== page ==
SANTA FE — The governor signed an Executive Order last week that some lawmakers say mirrors Arizona’s immigration policies.
Gov. Susana Martinez issued a moratorium that will give police officers the right to question the immigration status of people being arrested.
“The criminal justice system should have the authority to determine the immigration status of all criminals, regardless of race or ethnicity, and report illegal immigrants who commit crimes to federal authorities,” she said in a statement.
Lawmakers called into question the order’s legality and attacked the governor’s position.
“We’re not Arizona,” said Sen. Eric Griego (D-Albuquerque). “This is New Mexico.”
A dozen legislators held a news conference to contest the order. Many said the governor’s decision is comparable to the SB 1070 immigration law passed in Arizona over the summer, which allows law enforcement to question immigration status during all arrests.
“To single out people and to force law enforcement to stop someone and ask about immigration status is un-American,” Griego said. “It’s unconstitutional, and it reeks of Arizona.”
Two bills have been introduced that would reverse the governor’s order. Senate bills 151 and 152 are moving forward after each bill received a recommendation from the Senate Public Affairs Committee.
The governor’s Executive Order says nothing about whether emergency responders can ask people about their immigration status when they call 911 or go to the emergency room. SB 151 adds language to the order to ensure this does not happen. Sen. Tim Keller (D-Albuquerque) and Rep. Antonio Maestas (D-Albuquerque) sponsored the bill.
SB 152 would forbid law enforcement from arresting people solely based on immigration status. Sen. Richard Martinez (D-Española) sponsored the bill.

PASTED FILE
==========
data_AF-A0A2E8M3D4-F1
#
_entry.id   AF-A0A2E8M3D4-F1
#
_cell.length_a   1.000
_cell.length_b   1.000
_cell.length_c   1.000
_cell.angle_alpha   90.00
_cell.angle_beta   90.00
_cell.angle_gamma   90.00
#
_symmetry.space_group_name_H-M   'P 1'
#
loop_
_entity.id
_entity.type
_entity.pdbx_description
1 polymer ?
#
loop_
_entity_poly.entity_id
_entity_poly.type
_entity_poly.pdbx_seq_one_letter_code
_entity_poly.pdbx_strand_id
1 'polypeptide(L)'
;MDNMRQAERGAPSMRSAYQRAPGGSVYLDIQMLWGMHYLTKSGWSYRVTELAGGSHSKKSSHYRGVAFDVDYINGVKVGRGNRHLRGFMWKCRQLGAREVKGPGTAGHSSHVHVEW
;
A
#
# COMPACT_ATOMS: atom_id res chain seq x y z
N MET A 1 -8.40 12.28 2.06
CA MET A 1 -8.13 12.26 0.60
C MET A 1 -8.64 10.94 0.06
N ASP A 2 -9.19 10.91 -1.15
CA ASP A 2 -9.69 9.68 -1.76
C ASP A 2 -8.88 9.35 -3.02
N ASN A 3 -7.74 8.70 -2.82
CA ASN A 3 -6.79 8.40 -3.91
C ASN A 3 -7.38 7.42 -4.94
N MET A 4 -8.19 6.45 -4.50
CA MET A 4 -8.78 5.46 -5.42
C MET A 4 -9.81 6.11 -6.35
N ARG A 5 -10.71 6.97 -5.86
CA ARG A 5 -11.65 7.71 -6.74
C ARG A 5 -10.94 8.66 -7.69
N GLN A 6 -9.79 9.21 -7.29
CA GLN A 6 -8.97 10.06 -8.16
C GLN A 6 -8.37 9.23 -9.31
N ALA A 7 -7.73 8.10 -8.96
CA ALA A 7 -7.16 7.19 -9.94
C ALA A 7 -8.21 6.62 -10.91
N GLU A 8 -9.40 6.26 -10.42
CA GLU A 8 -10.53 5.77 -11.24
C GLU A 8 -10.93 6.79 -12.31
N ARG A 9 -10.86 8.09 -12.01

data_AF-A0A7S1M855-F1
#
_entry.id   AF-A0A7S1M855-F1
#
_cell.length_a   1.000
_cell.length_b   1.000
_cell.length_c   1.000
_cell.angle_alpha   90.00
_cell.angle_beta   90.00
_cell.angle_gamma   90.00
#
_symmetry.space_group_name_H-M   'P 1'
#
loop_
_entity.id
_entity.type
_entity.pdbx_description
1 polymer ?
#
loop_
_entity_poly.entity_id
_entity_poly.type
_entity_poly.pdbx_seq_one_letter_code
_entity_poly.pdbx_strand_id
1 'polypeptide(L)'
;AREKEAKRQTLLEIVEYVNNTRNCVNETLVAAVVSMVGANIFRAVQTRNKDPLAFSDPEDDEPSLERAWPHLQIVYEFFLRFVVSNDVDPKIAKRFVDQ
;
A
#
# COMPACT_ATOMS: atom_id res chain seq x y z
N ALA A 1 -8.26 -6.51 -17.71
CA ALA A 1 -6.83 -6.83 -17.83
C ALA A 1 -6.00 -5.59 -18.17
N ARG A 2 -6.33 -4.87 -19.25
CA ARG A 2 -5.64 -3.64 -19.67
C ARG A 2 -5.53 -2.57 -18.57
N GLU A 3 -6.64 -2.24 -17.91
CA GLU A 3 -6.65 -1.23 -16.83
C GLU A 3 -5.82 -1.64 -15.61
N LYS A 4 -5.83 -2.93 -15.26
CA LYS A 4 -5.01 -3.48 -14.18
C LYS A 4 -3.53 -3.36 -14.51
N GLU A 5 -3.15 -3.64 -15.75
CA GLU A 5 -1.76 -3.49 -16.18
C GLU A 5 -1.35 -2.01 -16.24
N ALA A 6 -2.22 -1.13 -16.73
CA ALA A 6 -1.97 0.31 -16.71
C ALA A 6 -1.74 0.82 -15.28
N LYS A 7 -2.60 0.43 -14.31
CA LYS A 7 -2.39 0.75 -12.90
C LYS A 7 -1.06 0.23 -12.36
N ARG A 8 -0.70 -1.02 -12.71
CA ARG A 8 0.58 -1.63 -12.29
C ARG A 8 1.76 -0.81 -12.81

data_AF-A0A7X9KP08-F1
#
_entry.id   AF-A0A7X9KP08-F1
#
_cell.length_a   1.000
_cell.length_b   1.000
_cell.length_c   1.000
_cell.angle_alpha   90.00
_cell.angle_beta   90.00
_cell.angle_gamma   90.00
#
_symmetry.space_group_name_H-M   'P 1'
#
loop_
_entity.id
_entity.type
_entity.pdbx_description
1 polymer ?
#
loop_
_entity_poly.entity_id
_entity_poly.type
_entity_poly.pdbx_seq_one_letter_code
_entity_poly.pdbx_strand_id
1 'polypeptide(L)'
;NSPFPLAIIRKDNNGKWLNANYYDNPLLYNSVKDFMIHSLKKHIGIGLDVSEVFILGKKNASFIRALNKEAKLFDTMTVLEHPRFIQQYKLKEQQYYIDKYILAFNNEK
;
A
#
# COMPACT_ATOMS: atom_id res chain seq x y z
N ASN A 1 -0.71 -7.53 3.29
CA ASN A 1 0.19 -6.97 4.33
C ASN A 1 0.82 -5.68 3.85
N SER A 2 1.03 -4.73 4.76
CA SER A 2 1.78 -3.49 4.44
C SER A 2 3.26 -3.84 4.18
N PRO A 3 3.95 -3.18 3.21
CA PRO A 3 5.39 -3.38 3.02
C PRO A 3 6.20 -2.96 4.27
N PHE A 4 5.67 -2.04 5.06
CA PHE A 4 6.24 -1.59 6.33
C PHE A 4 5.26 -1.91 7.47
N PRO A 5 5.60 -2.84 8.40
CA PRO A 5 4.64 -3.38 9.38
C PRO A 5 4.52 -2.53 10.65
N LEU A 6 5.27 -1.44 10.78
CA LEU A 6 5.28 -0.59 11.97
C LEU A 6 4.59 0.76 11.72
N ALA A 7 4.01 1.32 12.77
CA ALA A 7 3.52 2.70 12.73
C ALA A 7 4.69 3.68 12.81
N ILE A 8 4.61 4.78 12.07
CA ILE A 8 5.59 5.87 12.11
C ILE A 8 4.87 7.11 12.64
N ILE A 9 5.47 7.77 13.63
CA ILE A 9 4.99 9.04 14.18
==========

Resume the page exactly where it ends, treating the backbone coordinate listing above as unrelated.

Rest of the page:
Martinez said she signed the order with New Mexicans’ safety in mind.
“Eighty-five percent of New Mexicans support my stance to make sure New Mexico is safe and secure from people who want to come here and cause harm,” she said.
Protecting farmers from genetically modified crops
A bill that would protect New Mexico farmers from lawsuits is making its way through the House of Representatives.
HB 46 would prevent farmers from liability for unintentional genetic modifications, which according to the bill can be caused by wind, insects, birds or other animals, or seed stock contamination.
Right now, farmers can be held liable if genetically modified crops are found on their land, even if they had no intention to grow genetically modified crops.
The House Agriculture and Water Resources Committee heard fiscal implications of House Bill 46 if it were passed. The committee determined defense costs of indicted farmers are unknown at this point.
HB 46, sponsored by Rep. Paul C. Bandy (R-Aztec), would protect both farmers and agriculture science centers from lawsuits, representatives at New Mexico State University said.